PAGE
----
Skip to main page content
Access keys NCBI Homepage MyNCBI Homepage Main Content Main Navigation
. 2018 May;23(5):1261-1269.
doi: 10.1038/mp.2017.170. Epub 2017 Oct 17.

Widespread White Matter Microstructural Differences in Schizophrenia Across 4322 Individuals: Results From the ENIGMA Schizophrenia DTI Working Group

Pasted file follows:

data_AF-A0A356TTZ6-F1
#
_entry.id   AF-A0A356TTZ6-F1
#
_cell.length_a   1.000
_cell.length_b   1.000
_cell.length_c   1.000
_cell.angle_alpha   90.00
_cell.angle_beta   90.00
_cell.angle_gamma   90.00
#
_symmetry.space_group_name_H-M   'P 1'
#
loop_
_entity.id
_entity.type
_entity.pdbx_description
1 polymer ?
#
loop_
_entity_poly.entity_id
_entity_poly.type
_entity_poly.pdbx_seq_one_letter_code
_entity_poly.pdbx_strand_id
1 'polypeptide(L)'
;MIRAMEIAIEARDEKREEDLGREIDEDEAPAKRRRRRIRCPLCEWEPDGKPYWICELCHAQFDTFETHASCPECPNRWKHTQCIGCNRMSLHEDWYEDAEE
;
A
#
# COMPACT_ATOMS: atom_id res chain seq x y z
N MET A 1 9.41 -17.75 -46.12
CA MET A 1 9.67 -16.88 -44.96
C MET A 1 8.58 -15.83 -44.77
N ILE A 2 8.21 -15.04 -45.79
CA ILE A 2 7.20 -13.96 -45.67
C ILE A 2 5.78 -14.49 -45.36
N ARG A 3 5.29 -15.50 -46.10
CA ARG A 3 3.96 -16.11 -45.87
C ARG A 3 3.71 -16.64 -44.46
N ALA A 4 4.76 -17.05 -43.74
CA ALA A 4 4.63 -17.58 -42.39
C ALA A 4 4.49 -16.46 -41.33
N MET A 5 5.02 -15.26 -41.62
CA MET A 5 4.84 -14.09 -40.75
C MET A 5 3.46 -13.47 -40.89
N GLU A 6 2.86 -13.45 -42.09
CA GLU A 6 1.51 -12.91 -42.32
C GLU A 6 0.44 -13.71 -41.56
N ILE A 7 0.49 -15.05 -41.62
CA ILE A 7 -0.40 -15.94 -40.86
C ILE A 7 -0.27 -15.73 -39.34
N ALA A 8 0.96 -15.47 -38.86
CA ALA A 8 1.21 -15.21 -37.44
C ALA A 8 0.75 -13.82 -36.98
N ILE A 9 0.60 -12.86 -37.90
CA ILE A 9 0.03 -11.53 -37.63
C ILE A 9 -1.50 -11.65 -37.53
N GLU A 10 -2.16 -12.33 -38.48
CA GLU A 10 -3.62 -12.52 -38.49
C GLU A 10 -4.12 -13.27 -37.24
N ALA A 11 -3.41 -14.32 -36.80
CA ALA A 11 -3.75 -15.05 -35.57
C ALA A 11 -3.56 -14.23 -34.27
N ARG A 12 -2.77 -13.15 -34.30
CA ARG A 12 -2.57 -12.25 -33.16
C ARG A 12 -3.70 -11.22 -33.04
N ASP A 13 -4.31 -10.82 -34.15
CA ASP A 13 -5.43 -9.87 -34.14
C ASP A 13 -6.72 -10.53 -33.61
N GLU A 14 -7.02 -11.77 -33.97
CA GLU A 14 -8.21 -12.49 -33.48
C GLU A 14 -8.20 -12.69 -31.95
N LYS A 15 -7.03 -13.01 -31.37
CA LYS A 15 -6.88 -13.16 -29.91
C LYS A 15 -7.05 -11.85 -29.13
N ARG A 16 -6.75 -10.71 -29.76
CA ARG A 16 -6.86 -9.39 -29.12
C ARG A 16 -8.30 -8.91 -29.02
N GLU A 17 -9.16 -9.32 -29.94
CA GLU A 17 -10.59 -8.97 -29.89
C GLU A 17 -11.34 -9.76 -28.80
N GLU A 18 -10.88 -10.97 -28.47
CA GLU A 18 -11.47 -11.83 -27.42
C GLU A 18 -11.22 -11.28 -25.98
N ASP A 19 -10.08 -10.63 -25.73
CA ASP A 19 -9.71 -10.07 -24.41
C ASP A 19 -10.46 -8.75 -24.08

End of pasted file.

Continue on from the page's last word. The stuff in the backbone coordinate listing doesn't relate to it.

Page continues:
S Kelly  1   2 N Jahanshad  1 A Zalesky  3 P Kochunov  4 I Agartz  5   6   7 C Alloza  8 O A Andreassen  9 C Arango  10 N Banaj  11 S Bouix  12 C A Bousman  3   13   14   15 R M Brouwer  16 J Bruggemann  17 J Bustillo  18 W Cahn  16 V Calhoun  19   20 D Cannon  21 V Carr  17 S Catts  22 J Chen  23 J-X Chen  24 X Chen  25 C Chiapponi  26 Kl K Cho  27 V Ciullo  11 A S Corvin  28 B Crespo-Facorro  29   30 V Cropley  3 P De Rossi  11   31   32 C M Diaz-Caneja  10 E W Dickie  33 S Ehrlich  34 F-M Fan  24 J Faskowitz  1 H Fatouros-Bergman  6 L Flyckt  35   36 J M Ford  37 J-P Fouche  38 M Fukunaga  39 M Gill  28 D C Glahn  40 R Gollub  2   41 E D Goudzwaard  42 H Guo  43 R E Gur  44 R C Gur  44 T P Gurholt  5 R Hashimoto  45   46 S N Hatton  47 F A Henskens  48   49   50 D P Hibar  1 I B Hickie  47 L E Hong  4 J Horacek  51   52 F M Howells  38 H E Hulshoff Pol  16 C L Hyde  25 D Isaev  1 A Jablensky  53 P R Jansen  54 J Janssen  16   10 E G Jönsson  5   6 L A Jung  55 R S Kahn  16 Z Kikinis  12 K Liu  3 P Klauser  3   56   57 C Knöchel  55 M Kubicki  58 J Lagopoulos  59 C Langen  54 S Lawrie  8 R K Lenroot  17 K O Lim  60 C Lopez-Jaramillo  61 A Lyall  12   62 V Magnotta  63 R C W Mandl  16 D H Mathalon  37 R W McCarley  64 S McCarthy-Jones  65 C McDonald  21 S McEwen  66 A McIntosh  8 T Melicher  67   52 R I Mesholam-Gately  68 P T Michie  69   70   50 B Mowry  71 B A Mueller  60 D T Newell  12 P O'Donnell  25 V Oertel-Knöchel  55 L Oestreich  71 S A Paciga  25 C Pantelis  3   13   72   70 O Pasternak  58 G Pearlson  40 G R Pellicano  11 A Pereira  73 J Pineda Zapata  74 F Piras  11   75 S G Potkin  42 A Preda  42 P E Rasser  50   76 D R Roalf  44 R Roiz  29   30 A Roos  77 D Rotenberg  33 T D Satterthwaite  44 P Savadjiev  58 U Schall  50   76 R J Scott  50   75 M L Seal  78 L J Seidman  2   62   68 C Shannon Weickert  70   79   80 C D Whelan  1 M E Shenton  58   81 J S Kwon  27 G Spalletta  11   82 F Spaniel  51   52 E Sprooten  40 M Stäblein  55 D J Stein  38   83 S Sundram  13   84 Y Tan  24 S Tan  24 S Tang  85 H S Temmingh  38 L T Westlye  5   86 S Tønnesen  5 D Tordesillas-Gutierrez  30   87 N T Doan  5 J Vaidya  88 N E M van Haren  16 C D Vargas  89 D Vecchio  11 D Velakoulis  90 A Voineskos  91 J Q Voyvodic  16 Z Wang  24 P Wan  43 D Wei  92 T W Weickert  70   79   80 H Whalley  8 T White  54 T J Whitford  35 J D Wojcik  68 H Xiang  85 Z Xie  25 H Yamamori  46 F Yang  24 N Yao  93 G Zhang  94 J Zhao  21   95 T G M van Erp  42 J Turner  96 P M Thompson  1 G Donohoe  21